This feature comes with out-of-the-box SAP Commerce Accelerators. In the search box, you can type a name of the product, and the system offers the suggestions as a set of snippets. Each snippet has a product image, product title, product price. The keywords from the query are highlighted. Selecting a product from this list leads the customer to the product page where the product can be added to a cart. The products in this list are normally the same as at the beginning of the search results with the query. A number of the items is configurable.

The downsides of the default implementation are the following:

  • if the results are displayed in the dropdown list, the suggestions cannot be closed / hidden until the customer removes the query or submit the search form
  • for the small screens, a suggestion window inside the main window doesn’t look elegant and efficient. Possibly, activating a full-screen mode after typing a query is a solution, but it creates an additional UI complexity

As an improvement, the product can be added to a cart directly from the list of product suggestions.

As an improvement, you can experiment with boosting the products from the current category.

Use Product Suggestions to:

  • Promote specific items or products

2.4 Category Suggestions

This pattern is used primarily in the search fields on e-commerce websites.

The search suggestions contain a list of categories matching the query.

The categories are not organized into a tree by default. The categories are sorted by a number of the products found in them (products matching the query).

In this pattern, there are three options on what systems should do when a user selects the category from the list:

  • open a category page
  • shows the search results filtered by the selected category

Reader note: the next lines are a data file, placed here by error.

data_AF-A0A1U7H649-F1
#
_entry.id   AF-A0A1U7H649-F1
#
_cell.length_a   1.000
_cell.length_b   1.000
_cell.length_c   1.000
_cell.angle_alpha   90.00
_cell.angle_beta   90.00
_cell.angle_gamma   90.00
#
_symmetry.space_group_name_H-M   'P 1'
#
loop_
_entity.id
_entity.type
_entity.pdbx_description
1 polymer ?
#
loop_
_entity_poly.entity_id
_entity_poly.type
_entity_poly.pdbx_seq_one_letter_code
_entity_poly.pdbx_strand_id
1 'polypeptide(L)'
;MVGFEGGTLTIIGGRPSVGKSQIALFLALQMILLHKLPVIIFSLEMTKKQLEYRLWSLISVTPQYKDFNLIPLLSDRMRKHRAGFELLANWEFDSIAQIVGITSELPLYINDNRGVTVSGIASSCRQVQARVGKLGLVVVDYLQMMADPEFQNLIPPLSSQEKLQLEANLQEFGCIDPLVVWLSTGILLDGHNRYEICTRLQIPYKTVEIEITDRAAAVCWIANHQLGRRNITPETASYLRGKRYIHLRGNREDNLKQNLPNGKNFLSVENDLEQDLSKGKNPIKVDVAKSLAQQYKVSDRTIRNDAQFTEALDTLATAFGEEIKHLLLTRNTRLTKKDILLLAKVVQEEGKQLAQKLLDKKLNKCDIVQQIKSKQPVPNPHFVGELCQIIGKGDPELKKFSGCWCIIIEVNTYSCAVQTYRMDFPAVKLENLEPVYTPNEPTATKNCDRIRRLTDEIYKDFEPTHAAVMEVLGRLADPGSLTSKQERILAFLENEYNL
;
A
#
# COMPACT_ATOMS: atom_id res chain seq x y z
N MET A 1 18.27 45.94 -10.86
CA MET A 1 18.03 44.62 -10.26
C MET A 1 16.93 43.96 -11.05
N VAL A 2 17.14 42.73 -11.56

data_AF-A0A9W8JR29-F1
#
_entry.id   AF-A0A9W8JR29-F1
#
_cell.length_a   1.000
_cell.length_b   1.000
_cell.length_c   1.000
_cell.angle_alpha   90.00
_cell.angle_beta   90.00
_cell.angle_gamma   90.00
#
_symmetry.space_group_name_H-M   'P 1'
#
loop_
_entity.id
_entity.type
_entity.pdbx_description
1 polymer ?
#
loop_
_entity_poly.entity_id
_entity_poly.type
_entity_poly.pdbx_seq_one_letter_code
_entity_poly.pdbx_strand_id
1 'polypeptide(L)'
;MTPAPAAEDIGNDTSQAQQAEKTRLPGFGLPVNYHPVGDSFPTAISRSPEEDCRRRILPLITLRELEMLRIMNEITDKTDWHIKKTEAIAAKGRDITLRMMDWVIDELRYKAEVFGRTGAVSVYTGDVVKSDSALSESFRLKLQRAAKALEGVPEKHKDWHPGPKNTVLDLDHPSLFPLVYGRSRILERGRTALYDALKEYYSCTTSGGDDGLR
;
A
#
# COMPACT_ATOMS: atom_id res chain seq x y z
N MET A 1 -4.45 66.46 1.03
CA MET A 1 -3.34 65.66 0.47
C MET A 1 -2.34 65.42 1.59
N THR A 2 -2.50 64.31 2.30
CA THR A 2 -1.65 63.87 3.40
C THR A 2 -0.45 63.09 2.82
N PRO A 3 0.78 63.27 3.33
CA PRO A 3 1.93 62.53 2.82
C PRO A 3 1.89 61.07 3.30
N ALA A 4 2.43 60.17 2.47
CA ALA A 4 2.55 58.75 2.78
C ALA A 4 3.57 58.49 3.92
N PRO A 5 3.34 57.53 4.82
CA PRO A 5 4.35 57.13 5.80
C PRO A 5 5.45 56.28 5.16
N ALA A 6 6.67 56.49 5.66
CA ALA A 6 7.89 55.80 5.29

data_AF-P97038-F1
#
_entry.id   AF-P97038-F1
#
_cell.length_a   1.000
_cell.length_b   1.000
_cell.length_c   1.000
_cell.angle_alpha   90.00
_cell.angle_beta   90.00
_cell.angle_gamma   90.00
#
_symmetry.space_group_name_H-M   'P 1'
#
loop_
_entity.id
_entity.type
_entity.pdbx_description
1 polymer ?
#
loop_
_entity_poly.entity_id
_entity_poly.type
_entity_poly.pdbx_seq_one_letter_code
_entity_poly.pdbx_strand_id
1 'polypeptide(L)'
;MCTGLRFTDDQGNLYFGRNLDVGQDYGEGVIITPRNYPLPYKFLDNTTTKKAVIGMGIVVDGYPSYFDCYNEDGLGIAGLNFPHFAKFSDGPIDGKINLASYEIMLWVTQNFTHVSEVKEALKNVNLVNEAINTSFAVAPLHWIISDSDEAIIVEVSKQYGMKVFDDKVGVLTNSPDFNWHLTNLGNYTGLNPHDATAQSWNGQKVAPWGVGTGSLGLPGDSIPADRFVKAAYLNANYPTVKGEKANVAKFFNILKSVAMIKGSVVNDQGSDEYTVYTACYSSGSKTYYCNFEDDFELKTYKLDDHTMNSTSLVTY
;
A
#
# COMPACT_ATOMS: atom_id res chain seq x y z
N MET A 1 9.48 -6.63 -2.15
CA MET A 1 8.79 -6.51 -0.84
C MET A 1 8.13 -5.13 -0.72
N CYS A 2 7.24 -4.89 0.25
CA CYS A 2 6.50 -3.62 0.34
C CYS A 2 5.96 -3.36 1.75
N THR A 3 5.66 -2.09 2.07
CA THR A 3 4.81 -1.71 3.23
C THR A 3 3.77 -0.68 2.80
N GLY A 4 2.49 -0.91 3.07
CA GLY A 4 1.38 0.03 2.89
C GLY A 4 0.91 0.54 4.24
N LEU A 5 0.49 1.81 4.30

• shows the search results filtered by the selected category and full text query

In SAP Commerce, this pattern is not implemented in the Electronics and Apparel Accelerators.

 

2.5 Search history suggestions

This pattern is used primarily in the search fields on e-commerce websites.

There are three types of search history suggestions:

  • personal search suggestions (only from the current user)
  • global search suggestions (from all users)
  • combined search suggestions (personal, then global)

In the case of global search suggestions, your marketing team may decide to pre-populate a list of global search queries with the specific queries and set the highest priority to them to make them displayed on the top. I don’t recommend to automatically populate the global search suggestions from the real query history without manual cleansing. It is better to export a list of real queries, group and filter them, sort by popularity, remove typos, and add the cleansed list to a global search suggestions database.

This pattern is not implemented in SAP Commerce in the default Accelerators.

 

2.6 Combined suggestions

In this pattern, a list of suggestions may contain

  • a list of query suggestions + a list of products matching the query (if any).
  • a list of query suggestions + a list of categories matching the query (if any) + a list of products matching the query (if any)
  • a list of query suggestions + search history queries matching the query (if any) + a list of categories matching the query (if any) + a list of products matching the query (if any).
  • other combinations

The combination #1 is implemented in SAP Commerce by default.

 

3. Autocompletion and Live Search Suggestions combined

In the combined method, the user’s query is autocompleted, but there is a dropdown as well, which contains a list of suggestions.

You can find this pattern in the MacOS:

In SAP Commerce, this pattern is not implemented in the default Accelerators.

 

4. Autocorrection (‘did you mean’)

This pattern is used to help the customer to change the misspelt query to the corrected version in a single click.